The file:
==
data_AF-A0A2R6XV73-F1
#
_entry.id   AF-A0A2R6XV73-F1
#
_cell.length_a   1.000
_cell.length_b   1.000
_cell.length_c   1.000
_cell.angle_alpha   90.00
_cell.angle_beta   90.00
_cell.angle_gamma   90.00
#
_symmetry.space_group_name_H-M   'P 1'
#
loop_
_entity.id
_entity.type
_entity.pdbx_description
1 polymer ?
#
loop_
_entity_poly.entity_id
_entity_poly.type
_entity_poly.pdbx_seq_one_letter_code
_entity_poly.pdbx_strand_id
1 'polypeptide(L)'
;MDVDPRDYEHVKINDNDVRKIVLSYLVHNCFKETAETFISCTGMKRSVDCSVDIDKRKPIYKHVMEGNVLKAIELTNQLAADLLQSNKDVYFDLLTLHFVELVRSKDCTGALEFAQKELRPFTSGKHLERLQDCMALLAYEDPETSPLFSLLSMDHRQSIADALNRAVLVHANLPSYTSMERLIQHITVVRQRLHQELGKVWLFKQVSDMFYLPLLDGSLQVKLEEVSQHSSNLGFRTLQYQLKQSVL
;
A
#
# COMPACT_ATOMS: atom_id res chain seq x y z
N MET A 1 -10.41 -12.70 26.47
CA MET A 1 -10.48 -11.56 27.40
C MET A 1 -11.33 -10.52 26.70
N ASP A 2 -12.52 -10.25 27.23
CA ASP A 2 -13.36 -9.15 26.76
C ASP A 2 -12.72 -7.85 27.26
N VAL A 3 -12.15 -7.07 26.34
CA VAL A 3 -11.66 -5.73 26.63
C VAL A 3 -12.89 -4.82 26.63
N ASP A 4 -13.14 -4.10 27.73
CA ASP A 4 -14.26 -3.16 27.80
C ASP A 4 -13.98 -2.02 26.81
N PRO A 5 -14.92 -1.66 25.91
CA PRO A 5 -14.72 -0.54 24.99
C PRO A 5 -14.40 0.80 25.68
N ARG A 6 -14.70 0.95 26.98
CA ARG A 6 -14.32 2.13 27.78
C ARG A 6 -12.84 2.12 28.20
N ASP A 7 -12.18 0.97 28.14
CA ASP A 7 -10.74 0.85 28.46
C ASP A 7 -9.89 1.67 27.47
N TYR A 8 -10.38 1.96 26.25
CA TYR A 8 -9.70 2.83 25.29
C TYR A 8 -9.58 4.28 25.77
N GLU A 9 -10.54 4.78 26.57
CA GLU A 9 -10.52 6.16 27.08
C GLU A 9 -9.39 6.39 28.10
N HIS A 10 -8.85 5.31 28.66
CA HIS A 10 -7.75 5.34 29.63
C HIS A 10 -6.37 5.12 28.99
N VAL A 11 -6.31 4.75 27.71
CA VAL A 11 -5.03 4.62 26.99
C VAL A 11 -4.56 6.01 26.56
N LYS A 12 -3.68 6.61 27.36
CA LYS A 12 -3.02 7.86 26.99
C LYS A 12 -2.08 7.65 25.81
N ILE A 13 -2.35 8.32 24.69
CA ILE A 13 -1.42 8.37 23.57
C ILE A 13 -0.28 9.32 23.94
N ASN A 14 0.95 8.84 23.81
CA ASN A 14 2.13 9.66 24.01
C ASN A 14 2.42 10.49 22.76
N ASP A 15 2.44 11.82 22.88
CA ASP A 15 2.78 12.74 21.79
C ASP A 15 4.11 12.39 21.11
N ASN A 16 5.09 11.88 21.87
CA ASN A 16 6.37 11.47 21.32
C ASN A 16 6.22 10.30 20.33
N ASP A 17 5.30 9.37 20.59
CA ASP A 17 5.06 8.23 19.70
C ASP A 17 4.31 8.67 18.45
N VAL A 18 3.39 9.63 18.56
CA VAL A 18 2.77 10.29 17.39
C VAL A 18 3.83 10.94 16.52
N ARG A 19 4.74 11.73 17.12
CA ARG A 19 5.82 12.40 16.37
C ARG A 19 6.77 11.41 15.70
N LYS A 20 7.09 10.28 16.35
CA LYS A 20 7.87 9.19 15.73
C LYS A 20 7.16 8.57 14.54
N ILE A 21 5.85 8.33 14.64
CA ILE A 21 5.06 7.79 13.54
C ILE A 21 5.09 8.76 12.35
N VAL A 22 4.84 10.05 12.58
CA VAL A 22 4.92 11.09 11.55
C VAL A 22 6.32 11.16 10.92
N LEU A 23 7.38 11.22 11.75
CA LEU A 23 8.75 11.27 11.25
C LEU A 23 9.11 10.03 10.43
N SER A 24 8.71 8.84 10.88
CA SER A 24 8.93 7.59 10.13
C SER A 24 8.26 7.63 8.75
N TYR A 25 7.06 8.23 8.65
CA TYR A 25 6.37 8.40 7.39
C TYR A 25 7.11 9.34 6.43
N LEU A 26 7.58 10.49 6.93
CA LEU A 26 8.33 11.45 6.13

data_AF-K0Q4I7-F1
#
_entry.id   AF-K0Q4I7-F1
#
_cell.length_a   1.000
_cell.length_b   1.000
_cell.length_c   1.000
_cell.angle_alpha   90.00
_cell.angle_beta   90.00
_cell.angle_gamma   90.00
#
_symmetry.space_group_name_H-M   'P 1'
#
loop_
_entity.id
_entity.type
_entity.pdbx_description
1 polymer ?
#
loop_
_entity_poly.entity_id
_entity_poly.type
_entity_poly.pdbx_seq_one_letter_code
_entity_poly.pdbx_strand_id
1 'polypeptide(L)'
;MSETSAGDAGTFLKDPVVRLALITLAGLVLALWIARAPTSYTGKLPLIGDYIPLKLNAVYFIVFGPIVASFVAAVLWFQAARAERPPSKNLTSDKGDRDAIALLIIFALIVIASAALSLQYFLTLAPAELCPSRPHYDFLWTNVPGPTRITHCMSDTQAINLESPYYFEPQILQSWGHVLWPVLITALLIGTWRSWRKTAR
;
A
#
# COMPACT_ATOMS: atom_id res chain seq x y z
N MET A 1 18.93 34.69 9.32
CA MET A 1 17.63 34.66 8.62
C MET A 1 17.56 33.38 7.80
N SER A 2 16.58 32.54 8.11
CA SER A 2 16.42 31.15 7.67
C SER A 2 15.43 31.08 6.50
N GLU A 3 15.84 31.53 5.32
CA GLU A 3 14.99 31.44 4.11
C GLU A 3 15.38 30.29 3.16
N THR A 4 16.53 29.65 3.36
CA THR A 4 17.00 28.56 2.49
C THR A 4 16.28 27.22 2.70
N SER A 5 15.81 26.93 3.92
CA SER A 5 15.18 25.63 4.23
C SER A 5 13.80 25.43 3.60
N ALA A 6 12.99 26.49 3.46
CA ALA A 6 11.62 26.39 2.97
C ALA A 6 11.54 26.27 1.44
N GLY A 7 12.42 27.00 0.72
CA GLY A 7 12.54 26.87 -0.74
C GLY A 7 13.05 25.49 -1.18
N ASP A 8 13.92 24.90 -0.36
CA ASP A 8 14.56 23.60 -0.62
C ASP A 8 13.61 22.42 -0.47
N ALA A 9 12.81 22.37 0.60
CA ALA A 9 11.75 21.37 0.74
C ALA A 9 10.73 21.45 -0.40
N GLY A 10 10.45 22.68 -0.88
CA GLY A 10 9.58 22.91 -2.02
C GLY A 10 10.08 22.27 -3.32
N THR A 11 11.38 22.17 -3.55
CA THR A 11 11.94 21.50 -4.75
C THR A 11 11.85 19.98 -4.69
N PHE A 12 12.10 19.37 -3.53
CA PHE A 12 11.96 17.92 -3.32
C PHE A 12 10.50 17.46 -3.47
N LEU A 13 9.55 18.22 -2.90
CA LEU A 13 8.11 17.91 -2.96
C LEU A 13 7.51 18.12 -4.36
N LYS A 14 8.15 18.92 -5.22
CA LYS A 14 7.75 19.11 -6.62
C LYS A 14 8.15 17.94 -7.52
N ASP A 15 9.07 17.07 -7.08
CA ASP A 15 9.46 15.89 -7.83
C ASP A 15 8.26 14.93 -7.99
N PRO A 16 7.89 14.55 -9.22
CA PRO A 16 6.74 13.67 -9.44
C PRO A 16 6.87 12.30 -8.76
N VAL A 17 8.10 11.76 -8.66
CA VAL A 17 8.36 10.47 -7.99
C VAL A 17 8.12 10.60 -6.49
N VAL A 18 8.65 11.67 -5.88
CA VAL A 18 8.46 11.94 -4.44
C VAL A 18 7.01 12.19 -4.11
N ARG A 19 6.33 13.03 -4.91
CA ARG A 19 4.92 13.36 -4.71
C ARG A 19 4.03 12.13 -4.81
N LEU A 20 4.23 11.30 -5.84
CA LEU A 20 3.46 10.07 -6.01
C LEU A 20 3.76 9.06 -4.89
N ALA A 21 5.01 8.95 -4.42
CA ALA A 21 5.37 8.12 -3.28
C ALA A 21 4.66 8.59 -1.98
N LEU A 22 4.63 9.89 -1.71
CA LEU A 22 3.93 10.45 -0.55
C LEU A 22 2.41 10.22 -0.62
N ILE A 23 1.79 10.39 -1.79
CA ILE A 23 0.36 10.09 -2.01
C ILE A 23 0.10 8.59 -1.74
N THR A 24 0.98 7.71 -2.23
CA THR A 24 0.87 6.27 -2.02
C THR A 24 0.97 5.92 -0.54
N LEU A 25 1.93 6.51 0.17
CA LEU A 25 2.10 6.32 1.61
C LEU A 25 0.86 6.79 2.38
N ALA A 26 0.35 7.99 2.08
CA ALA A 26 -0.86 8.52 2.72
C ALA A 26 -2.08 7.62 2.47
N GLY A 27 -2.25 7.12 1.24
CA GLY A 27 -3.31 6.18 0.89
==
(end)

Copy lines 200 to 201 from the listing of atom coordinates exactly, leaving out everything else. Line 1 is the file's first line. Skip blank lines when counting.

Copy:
C ALA A 21 4.66 8.59 -1.98
N LEU A 22 4.63 9.89 -1.71